In this blog post, we will learn how to install a WordPress solution via Docker Compose. The solution consists of a MySQL container and a WordPress container. We will show, how to install Docker and Docker Compose. before we define the solution in a configuration file. Then we will show how to spin up and access the solution via a web browser. Finally, we will show how to shut down the WordPress solution.

Wordpress Docker Architecture with Docker Volume

In the course of this step-by-step tutorial, we will closely follow the instructions on https://docs.docker.com/compose/wordpress/.

Step 1: Install Docker

In our case, we have installed Docker on a CentOS system with 4 GB RAM and 2 shared vCPU on a Cloud system. We have installed docker on CentOS using the following script:

# install docker
yum check-update
curl -fsSL https://get.docker.com/ | sh
sudo usermod -aG docker $(whoami)
sudo systemctl start docker
sudo systemctl status docker
sudo systemctl enable docker

echo 'Docker should be installed now. Try with "sudo docker search hello".'
echo 'After logout and login again, "sudo" will not be needed anymore'

This was some months ago, and I have ended up with following docker version:

$ docker --version
Docker version 18.01.0-ce, build 03596f5

Step 2: Install Docker Compose

We are using CentOS. In this case, we could install Docker Compose as follows:

yum install -y epel-release
yum install -y docker-compose

Alternatively, you can install docker-compose on any Linux distro by:

sudo curl -L "https://github.com/docker/compose/releases/download/1.22.0/docker-compose-$(uname -s)-$(uname -m)-o /usr/local/bin/docker-compose
sudo chmod +x /usr/local/bin/docker-compose

The version can be checked as follows:

$ docker-compose version
docker-compose version 1.22.0, build f46880fe
docker-py version: 3.4.1
CPython version: 3.6.6
OpenSSL version: OpenSSL 1.1.0f  25 May 2017

Step 3: Edit a Docker Compose File

On the Docker host, we need to add a file named ‘docker-compose.yml‘ or ‘docker-compose.yaml’.

Note, that the file name cannot be chosen freely. It must be either ‘docker-compose.yml‘ or ‘docker-compose.yaml’.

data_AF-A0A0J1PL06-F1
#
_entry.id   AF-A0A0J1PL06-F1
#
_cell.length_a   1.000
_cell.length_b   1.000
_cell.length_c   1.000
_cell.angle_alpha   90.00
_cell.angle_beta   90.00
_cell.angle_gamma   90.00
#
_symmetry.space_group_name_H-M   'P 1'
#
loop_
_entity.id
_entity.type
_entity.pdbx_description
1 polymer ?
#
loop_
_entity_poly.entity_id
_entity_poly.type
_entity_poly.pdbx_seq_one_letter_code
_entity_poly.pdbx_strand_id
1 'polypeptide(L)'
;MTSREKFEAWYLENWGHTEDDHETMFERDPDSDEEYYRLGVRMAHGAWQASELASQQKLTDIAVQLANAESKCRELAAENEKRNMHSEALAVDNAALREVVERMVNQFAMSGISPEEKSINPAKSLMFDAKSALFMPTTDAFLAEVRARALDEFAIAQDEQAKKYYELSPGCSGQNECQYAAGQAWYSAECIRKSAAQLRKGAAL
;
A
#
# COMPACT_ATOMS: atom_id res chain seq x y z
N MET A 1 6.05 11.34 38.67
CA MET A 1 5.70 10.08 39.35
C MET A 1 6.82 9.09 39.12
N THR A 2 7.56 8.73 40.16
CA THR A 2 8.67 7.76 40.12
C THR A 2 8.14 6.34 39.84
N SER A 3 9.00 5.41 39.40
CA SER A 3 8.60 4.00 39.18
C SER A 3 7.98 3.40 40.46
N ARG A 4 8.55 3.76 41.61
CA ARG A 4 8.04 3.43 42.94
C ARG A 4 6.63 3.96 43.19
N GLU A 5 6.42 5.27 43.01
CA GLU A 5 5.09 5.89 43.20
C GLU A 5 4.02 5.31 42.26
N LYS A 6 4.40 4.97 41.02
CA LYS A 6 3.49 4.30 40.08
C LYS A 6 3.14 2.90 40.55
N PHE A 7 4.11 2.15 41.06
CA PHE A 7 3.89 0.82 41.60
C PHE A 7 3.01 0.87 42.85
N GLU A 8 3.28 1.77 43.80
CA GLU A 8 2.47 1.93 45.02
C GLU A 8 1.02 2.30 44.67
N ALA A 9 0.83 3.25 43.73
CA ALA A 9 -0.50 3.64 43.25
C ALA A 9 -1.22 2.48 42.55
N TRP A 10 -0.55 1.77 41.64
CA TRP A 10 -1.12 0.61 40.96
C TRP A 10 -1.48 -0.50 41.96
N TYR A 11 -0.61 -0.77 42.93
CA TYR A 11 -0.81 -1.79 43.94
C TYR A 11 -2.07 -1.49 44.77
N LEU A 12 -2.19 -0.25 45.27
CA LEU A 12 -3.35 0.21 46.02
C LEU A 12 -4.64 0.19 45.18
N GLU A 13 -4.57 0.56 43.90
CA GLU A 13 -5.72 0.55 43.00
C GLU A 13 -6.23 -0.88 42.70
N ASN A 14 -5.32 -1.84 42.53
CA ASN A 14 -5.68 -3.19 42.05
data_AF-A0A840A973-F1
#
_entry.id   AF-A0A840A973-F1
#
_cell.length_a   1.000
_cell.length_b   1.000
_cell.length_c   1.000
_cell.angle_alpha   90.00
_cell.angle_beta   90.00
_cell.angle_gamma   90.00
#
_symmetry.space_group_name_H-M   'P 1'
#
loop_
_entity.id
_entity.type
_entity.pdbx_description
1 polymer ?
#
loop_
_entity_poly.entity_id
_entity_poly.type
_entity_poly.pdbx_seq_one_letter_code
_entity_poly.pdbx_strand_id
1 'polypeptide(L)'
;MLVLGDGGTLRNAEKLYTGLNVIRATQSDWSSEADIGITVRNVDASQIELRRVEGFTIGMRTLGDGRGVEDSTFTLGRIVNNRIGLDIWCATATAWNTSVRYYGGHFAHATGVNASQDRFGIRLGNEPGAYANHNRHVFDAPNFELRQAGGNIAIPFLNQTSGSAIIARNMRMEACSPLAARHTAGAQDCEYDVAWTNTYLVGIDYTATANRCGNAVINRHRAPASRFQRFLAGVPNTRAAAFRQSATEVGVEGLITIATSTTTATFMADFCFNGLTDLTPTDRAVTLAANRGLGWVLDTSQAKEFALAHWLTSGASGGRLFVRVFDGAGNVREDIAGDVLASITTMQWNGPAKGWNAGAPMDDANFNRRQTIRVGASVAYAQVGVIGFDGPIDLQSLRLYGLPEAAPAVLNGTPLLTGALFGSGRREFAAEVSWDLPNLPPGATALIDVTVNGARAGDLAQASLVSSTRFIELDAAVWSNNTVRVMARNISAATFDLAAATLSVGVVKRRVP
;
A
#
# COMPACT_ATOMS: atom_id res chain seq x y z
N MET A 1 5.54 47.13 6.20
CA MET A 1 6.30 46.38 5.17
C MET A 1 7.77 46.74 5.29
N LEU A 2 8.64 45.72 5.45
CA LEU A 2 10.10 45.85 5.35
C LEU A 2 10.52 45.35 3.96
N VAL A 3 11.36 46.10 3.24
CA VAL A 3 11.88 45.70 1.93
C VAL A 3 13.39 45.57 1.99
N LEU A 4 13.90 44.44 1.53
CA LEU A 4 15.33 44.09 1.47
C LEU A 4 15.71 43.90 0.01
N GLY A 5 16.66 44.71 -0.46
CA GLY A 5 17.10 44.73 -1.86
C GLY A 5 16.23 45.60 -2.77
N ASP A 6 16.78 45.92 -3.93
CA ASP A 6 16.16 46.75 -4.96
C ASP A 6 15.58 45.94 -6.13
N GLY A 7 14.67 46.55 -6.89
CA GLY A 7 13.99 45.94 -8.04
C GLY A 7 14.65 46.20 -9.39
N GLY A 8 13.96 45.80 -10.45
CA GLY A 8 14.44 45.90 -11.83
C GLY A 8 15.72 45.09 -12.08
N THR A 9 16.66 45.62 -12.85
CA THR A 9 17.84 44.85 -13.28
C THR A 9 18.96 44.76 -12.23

The content of the file is as follows:

version: '3.3'

services:
   db:
     image: mysql:5.7
     volumes:
       - db_data:/var/lib/mysql
     restart: always
     environment:
       MYSQL_ROOT_PASSWORD: somewordpress
       MYSQL_DATABASE: wordpress
       MYSQL_USER: wordpress
       MYSQL_PASSWORD: wordpress

   wordpress:
     depends_on:
       - db
     image: wordpress:latest
     ports:
       - "8000:80"
     restart: always
     environment:
       WORDPRESS_DB_HOST: db:3306
       WORDPRESS_DB_USER: wordpress
       WORDPRESS_DB_PASSWORD: wordpress
volumes:
    db_data:

Here, we have defined two Docker containers: a WordPress container and a database container. The latter persists his data in a Docker volume:

Wordpress Docker Architecture with Docker Volume

Step 4: Spin up the WordPress Containers

Now is the time to start the WordPress installation: let us spin up the containers as follows:

docker-compose up -d

Step 5: Open the WordPress URL in a Browser

Now we can start the initial installation dialog by navigating to the Docker Host’s IP address or Domain name and port 8000, e.g. https://23.45.67.89:8000.

Note: Port 8000 is the port that had been chosen in the docker-compose.yml file above. This can be changed, as appropriately before spinning up the containers.#

(from https://docs.docker.com/compose/wordpress/#bring-up-wordpress-in-a-web-browser)

(from https://docs.docker.com/compose/wordpress/#bring-up-wordpress-in-a-web-browser)

Do not forget to write down the password and username, so you can log in as administrator in the next step.

Step 6 (optional): Shut down the WordPress Containers

Finally, you also can shut down the WordPress containers as follows:

docker-compose down

This will preserve your installation and database.

Step 7 (optional): Clean the Database Volume

Instead of just stopping the containers, you also can clean up the database volume by adding the –volumes command-line option:

docker-compose down --volumes

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